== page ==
To put the matter baldly: The world economy requires an increasing supply of affordable petroleum. The Middle East alone can provide that supply. That's why Western governments have long supported "stable" authoritarian regimes throughout the region, regularly supplying and training their security forces. Now, this stultifying, petrified order, whose greatest success was producing oil for the world economy, is disintegrating. Don't count on any new order (or disorder) to deliver enough cheap oil to preserve the Petroleum Age.

To appreciate why this will be so, a little history lesson is in order.

The Iranian Coup

After the Anglo-Persian Oil Company (APOC) discovered oil in Iran (then known as Persia) in 1908, the British government sought to exercise imperial control over the Persian state. A chief architect of this drive was First Lord of the Admiralty Winston Churchill. Having ordered the conversion of British warships from coal to oil before World War I and determined to put a significant source of oil under London's control, Churchill orchestrated the nationalization of APOC in 1914. On the eve of World War II, then-Prime Minister Churchill oversaw the removal of Persia's pro-German ruler, Shah Reza Pahlavi, and the ascendancy of his 21-year-old son, Mohammed Reza Pahlavi.

Though prone to extolling his (mythical) ties to past Persian empires, Mohammed Reza Pahlavi was a willing tool of the British. His subjects, however, proved ever less willing to tolerate subservience to imperial overlords in London. In 1951, democratically elected Prime Minister Mohammed Mossadeq won parliamentary support for the nationalization of APOC, by then renamed the Anglo-Iranian Oil Company (AIOC). The move was wildly popular in Iran but caused panic in London. In 1953, to save this great prize, British leaders infamously conspired with President Dwight Eisenhower‘s administration in Washington and the CIA to engineer a coup d'état that deposed Mossadeq and brought Shah Pahlavi back from exile in Rome, a story recently told with great panache by Stephen Kinzer in All the Shah's Men.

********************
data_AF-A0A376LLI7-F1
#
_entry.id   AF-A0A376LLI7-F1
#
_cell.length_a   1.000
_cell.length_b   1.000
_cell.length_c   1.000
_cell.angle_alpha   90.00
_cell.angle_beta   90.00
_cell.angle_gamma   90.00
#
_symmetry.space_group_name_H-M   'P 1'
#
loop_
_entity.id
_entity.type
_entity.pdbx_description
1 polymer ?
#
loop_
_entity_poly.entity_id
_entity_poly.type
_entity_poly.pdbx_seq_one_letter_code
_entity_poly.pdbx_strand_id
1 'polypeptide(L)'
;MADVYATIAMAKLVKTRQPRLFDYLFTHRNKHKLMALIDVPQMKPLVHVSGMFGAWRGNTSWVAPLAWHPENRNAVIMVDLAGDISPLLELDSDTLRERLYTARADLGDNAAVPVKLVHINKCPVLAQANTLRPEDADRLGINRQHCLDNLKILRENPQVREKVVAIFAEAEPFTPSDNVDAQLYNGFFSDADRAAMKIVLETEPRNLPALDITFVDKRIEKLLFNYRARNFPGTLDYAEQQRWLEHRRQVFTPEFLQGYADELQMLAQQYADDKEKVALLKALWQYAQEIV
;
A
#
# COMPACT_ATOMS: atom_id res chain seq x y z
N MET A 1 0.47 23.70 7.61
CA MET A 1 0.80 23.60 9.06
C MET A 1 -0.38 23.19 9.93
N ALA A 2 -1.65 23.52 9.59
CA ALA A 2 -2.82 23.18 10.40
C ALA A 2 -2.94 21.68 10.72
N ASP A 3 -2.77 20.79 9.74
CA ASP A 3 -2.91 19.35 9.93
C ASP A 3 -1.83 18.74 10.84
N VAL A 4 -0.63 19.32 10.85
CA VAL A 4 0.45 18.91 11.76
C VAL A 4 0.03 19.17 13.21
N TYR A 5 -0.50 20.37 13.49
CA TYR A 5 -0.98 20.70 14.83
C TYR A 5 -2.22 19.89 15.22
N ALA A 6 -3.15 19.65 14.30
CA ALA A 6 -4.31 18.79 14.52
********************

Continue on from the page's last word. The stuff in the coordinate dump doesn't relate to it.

Until he was overthrown in 1979, the Shah exercised ruthless and dictatorial control over Iranian society, thanks in part to lavish US military and police assistance. First he crushed the secular left, the allies of Mossadeq, and then the religious opposition, headed from exile by the Ayatollah Ruhollah Khomeini. Given their brutal exposure to police and prison gear supplied by the United States, the shah's opponents came to loathe his monarchy and Washington in equal measure. In 1979, of course, the Iranian people took to the streets, the Shah was overthrown, and Ayatollah Khomeini came to power.

Much can be learned from these events that led to the current impasse in US-Iranian relations. The key point to grasp, however, is that Iranian oil production never recovered from the revolution of 1979-1980.